As I have explained, Crushgirl is about a MILLION years older than you. Yes, she, too, is 11. But she is a grade above you and female, ergo, a million years older than you.

She seems to be a super nice kid, who actually sees the wonderful person you are (versus merely tolerating you as some ignoramuses do), but

1.     she likes talking to other people, too, and

2.     in a Zillion years, a 6th grade gal will never “like” a 5th grade boy.

So, to return to our example, when I call you over and

1.     the fellow next to me joins me in advising you that acting like a stalker is bad, and

2.     Ayi E fills you in on how her son never talks to any of the girls and they all crush on HIM…

…To be very clear, we did mean that you should maybe give Crushgirl some space and experiment with being quiet, sure.

What we did not mean was that you should go stand 27” away from Crushgirl and pretend that you are a MIME.

Your (Full Spectrum) Mama


  1. I’m afraid I must disagree on the teal issue. It is a color I fervently adore, regardless of the fashion decade. And yes, I am the fashion disaster formally known as Glamour Don’t. However, I invite you to open your heart to teal, dear FSM. You of the rainforest, you of the ocean – embrace teal! Seals dig it. ;) Mimes dig it. xoxoxoxo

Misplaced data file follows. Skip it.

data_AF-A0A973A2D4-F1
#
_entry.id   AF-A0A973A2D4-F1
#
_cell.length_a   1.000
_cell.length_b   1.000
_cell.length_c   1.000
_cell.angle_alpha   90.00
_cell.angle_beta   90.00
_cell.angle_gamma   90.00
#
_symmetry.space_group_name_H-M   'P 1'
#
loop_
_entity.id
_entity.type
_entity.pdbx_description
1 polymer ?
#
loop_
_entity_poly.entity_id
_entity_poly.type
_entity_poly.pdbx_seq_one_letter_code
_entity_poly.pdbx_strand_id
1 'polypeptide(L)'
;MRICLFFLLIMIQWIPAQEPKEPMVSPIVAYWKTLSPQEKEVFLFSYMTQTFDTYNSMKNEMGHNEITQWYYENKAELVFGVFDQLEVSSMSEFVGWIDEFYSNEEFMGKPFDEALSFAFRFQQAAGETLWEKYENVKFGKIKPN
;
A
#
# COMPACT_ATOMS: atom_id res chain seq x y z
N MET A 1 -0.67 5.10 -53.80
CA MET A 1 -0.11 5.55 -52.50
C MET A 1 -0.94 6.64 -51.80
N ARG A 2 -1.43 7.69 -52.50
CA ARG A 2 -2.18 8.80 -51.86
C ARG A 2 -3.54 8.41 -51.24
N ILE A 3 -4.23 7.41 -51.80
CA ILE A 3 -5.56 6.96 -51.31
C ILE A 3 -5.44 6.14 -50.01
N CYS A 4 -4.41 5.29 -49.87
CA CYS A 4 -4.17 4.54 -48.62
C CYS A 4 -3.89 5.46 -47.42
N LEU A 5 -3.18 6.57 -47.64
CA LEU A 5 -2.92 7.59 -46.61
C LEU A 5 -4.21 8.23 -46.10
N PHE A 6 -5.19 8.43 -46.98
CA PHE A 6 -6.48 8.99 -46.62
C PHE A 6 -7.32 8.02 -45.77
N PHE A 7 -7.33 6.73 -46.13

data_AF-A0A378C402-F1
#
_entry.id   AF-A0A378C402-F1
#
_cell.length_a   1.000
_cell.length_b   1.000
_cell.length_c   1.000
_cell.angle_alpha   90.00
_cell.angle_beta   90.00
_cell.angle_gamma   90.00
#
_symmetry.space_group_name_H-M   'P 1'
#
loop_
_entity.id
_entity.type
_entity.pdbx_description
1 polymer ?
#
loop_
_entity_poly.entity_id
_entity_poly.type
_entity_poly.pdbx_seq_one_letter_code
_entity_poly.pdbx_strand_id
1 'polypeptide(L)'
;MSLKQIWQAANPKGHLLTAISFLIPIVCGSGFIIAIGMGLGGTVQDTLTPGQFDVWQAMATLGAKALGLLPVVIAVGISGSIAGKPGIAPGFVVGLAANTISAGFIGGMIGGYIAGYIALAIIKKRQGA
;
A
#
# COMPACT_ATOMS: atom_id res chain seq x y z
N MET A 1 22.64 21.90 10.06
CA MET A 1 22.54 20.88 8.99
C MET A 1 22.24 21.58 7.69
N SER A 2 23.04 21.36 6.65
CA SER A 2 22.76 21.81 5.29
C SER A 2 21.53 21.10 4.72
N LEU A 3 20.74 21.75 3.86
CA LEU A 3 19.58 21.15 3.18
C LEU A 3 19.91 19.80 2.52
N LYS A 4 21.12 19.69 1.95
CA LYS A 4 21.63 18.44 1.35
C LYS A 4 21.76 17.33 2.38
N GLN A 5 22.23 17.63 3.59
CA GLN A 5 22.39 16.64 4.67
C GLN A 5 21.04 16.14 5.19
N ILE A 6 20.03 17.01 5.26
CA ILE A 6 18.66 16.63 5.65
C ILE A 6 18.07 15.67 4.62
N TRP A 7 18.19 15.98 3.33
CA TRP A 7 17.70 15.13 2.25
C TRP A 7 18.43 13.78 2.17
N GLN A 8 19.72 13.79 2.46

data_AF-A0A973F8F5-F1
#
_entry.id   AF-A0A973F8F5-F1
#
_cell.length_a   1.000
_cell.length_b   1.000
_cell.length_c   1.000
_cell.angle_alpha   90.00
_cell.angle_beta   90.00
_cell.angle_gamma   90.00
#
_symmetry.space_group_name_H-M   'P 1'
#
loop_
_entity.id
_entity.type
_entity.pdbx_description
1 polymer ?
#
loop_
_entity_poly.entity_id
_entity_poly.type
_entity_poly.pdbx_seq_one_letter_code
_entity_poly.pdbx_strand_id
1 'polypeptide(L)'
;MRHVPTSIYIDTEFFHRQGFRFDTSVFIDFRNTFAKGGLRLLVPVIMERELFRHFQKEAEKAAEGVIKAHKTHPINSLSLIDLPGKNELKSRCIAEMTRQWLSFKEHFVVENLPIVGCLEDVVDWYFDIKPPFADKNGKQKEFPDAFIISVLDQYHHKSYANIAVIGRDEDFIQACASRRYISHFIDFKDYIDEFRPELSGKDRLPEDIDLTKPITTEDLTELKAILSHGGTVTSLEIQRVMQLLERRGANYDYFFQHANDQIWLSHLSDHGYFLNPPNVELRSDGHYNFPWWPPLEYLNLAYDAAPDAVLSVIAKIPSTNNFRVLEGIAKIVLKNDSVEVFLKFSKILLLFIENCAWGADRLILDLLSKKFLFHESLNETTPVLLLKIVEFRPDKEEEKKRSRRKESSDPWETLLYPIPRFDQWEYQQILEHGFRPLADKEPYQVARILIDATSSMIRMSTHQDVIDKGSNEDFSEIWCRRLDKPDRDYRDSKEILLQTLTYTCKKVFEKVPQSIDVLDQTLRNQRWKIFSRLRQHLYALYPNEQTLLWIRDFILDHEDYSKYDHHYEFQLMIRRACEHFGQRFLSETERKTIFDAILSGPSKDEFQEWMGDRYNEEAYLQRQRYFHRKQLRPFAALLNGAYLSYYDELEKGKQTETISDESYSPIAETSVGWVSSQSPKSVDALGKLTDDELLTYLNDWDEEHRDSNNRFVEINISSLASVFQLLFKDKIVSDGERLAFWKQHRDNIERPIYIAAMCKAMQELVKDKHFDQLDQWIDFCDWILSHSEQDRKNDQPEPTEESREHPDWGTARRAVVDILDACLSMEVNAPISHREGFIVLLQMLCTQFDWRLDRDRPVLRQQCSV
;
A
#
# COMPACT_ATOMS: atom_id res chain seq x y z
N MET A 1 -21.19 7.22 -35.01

2. One other angle on the subject: Awkward dress can serve to alert other awkward individuals of your character. Deep tucking/atomic wedgie of shirt into old man pants might be similar to teal plumage on a male bird – a display of compatibility, if you will. I don’t know about you, but to this day, I seek out the schlumpy dresser in the crowd, to sit next to. I know he will not judge me and may have an interesting story to tell.

    1. Hugely important point, Anonymous. And one I am mortified that I, in my own awkwardness, neglected. I agree completely with your notion of "recognizing markers;" unfortunately I think these same things can also make one a target in middle school and high school. NOT that I (see photo) was ever in a position to avoid targethood (even if I'd tried). Probably, G is unavoidably "one of us"
      Love, FSM